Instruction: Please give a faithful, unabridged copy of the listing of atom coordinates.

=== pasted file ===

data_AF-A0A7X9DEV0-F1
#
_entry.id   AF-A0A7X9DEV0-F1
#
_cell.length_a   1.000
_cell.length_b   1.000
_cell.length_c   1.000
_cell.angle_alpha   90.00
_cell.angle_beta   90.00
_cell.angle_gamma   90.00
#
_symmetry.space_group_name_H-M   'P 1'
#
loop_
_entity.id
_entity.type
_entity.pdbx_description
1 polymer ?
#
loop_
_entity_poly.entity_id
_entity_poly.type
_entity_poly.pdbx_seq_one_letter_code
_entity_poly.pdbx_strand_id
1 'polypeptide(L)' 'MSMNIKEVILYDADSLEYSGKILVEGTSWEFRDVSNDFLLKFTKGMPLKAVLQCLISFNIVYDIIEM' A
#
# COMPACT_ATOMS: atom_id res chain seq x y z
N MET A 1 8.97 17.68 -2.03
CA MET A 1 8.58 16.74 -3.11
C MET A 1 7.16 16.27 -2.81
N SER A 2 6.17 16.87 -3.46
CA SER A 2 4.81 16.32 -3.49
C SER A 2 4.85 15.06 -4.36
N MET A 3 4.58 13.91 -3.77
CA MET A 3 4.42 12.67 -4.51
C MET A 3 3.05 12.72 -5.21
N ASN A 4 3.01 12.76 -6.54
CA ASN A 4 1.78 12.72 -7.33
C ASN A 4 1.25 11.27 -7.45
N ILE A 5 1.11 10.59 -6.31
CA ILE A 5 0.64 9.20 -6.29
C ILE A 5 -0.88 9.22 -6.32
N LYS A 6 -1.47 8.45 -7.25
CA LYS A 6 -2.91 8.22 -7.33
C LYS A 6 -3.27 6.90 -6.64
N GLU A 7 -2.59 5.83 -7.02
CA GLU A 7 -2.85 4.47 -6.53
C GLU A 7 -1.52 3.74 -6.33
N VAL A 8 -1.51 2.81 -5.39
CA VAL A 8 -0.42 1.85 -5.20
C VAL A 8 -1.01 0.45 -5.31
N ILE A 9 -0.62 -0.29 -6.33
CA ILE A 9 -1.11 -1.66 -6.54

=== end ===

data_AF-A0A7X9DEV0-F1
#
_entry.id   AF-A0A7X9DEV0-F1
#
_cell.length_a   1.000
_cell.length_b   1.000
_cell.length_c   1.000
_cell.angle_alpha   90.00
_cell.angle_beta   90.00
_cell.angle_gamma   90.00
#
_symmetry.space_group_name_H-M   'P 1'
#
loop_
_entity.id
_entity.type
_entity.pdbx_description
1 polymer ?
#
loop_
_entity_poly.entity_id
_entity_poly.type
_entity_poly.pdbx_seq_one_letter_code
_entity_poly.pdbx_strand_id
1 'polypeptide(L)' 'MSMNIKEVILYDADSLEYSGKILVEGTSWEFRDVSNDFLLKFTKGMPLKAVLQCLISFNIVYDIIEM' A
#
# COMPACT_ATOMS: atom_id res chain seq x y z
N MET A 1 8.97 17.68 -2.03
CA MET A 1 8.58 16.74 -3.11
C MET A 1 7.16 16.27 -2.81
N SER A 2 6.17 16.87 -3.46
CA SER A 2 4.81 16.32 -3.49
C SER A 2 4.85 15.06 -4.36
N MET A 3 4.58 13.91 -3.77
CA MET A 3 4.42 12.67 -4.51
C MET A 3 3.05 12.72 -5.21
N ASN A 4 3.01 12.76 -6.54
CA ASN A 4 1.78 12.72 -7.33
C ASN A 4 1.25 11.27 -7.45
N ILE A 5 1.11 10.59 -6.31
CA ILE A 5 0.64 9.20 -6.29
C ILE A 5 -0.88 9.22 -6.32
N LYS A 6 -1.47 8.45 -7.25
CA LYS A 6 -2.91 8.22 -7.33
C LYS A 6 -3.27 6.90 -6.64
N GLU A 7 -2.59 5.83 -7.02
CA GLU A 7 -2.85 4.47 -6.53
C GLU A 7 -1.52 3.74 -6.33
N VAL A 8 -1.51 2.81 -5.39
CA VAL A 8 -0.42 1.85 -5.20
C VAL A 8 -1.01 0.45 -5.31
N ILE A 9 -0.62 -0.29 -6.33
CA ILE A 9 -1.11 -1.66 -6.54